But the Foster's "suspicious" editorialist imagines the dark future of 2015 when 20,000 Free Staters show up all at once and … do what, exactly? Well, worst case: "work within the political system to reduce the size and scope of government." You know, exactly as their Statement of Intent states.

[Just to be clear: I'm not a Free Stater, having moved to NH when Jason Sorens was about 8 years old. But, heck, I wish all 20,000 of them were here today.]

The Foster's editorialist also makes a big deal about the FSP's stated desire to organize itself under the IRS's 501(c)(3) rules. He is, in fact, aghast:

But a 501c3 is a nonprofit that under the Internal Revenue Code, "may not attempt to influence legislation as a substantial part of its activities and it may not participate in any campaign activity for or against political candidates."

I have no opinion on whether the FSP should organize as a 501(c)(3), but in fact a lot of advocacy groups do so, perfectly legally: examples include Planned Parenthood, the National Rifle Association, the Cato Institute, the Heritage Foundation, People for the American Way Foundation, etc.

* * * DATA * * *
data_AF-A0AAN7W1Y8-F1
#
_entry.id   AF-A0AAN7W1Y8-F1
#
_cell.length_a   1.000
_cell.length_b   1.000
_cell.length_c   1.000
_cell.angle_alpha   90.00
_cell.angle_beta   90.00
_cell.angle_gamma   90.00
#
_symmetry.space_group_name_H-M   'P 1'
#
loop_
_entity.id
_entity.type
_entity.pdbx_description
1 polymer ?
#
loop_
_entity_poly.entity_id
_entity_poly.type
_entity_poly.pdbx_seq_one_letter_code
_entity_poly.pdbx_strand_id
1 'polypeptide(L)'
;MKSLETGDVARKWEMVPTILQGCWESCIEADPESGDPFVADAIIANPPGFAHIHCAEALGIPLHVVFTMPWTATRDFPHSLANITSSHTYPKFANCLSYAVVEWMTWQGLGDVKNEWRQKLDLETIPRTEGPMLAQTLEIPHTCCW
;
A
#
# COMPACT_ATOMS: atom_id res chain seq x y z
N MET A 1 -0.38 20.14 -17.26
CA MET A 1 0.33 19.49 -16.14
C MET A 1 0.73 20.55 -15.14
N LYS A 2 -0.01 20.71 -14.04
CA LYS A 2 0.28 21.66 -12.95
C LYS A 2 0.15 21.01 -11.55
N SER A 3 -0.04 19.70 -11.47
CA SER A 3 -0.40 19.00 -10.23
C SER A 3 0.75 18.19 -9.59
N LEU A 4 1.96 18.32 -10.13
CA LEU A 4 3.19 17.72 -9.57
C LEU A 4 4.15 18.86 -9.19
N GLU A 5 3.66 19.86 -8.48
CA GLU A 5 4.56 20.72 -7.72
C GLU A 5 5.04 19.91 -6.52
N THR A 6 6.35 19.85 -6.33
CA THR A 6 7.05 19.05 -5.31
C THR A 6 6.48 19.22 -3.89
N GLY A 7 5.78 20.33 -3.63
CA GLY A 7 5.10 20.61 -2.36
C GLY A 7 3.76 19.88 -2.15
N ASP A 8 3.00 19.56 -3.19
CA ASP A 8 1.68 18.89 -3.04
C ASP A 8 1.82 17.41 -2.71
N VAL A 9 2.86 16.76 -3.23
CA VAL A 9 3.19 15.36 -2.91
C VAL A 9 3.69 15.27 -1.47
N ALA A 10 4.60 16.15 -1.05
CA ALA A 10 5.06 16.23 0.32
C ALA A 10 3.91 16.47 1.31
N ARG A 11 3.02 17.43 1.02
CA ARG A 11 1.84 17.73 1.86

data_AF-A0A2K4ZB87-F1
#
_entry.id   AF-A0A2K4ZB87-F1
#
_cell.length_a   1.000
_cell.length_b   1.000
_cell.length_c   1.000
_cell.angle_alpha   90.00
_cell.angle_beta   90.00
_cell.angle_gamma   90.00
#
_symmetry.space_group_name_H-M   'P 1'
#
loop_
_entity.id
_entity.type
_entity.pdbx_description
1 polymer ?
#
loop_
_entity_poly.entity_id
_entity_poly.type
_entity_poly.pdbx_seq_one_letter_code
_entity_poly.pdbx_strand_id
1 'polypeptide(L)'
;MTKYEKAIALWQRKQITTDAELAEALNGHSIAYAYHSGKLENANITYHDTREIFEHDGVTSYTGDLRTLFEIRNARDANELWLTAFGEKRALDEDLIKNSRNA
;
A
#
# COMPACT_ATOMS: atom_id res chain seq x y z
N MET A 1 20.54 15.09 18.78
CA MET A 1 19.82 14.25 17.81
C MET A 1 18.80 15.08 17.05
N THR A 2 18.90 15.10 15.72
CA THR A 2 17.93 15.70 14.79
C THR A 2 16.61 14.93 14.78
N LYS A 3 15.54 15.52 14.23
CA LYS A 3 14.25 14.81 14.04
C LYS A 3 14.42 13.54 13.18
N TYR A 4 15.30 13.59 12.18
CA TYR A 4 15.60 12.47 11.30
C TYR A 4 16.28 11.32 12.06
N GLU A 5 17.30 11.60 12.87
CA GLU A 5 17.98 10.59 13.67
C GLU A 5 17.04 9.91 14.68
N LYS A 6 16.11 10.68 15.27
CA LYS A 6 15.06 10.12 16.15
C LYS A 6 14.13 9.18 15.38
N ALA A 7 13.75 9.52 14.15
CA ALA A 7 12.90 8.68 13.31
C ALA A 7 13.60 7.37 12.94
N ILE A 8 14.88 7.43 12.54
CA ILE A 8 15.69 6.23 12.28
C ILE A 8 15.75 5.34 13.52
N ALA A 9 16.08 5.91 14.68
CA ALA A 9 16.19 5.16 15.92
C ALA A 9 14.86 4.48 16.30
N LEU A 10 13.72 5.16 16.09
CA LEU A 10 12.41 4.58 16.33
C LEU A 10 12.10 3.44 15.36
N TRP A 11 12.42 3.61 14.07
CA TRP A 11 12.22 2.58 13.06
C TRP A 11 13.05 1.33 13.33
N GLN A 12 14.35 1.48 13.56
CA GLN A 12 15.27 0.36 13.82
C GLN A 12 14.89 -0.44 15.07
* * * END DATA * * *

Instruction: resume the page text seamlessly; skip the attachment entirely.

It's a mixed blessing that Foster's news reporting on the FSP is nearly non-existent. If it were as transparently lame and grudge-driven as its editorials, it would certainly be an easy target for a blogger to make fun of.


Last Modified 2013-06-19 1:28 PM EDT

End of Watch

[4.0 stars] [IMDb Link] [Amazon Link]

This may seem frivolous, but does the Chicken Dance really span so many cultures? The Wikipedia page seems to suggest it does. Perhaps we'll look back on it one day as the unexpected uniter of humanity in peace, harmony, and oom-pah.

But it's just a small, sweet part of End of Watch. Which follows around two LAPD beat cop partners, Brian Taylor (Jake Gyllenhaal) and Mike Zavala (Michael Peña) as they prowl the very mean streets of a crime-ridden Los Angeles neighborhood.

The idea is that this is "found video", pieced together from recordings taken by the participants themselves. (Taylor is taking a filmmaking class, and he says his video for a class project.) That means there's a lot of bouncy/shaky camerawork, meant to add an air of reality to the enterprise. (Does this technique drive traditional cinematographers crazy?) Everybody records everything, though, so we not only get video of Taylor and Zavala on the job, we also get to see their personal lives. And the bad guys have video too.

Taylor and Zavala have great chemistry together—their videotaped banter is often hilarious—and they're also brave, smart, and effective cops. Unfortunately, disrupting too many criminal enterprises brings them to the deadly attention of the Sinaloa cartel.

The best actress ever to come out of Portland, Maine, Anna Kendrick, plays Taylor's love interest and eventual wife. And yes, if you want to see Anna Kendrick do the Chicken Dance, this is your movie.

The people who count such things count 326 occurrences of the F-word, which is good enough to put End of Watch in sixth place on the all-time list.


Last Modified 2013-06-19 1:27 PM EDT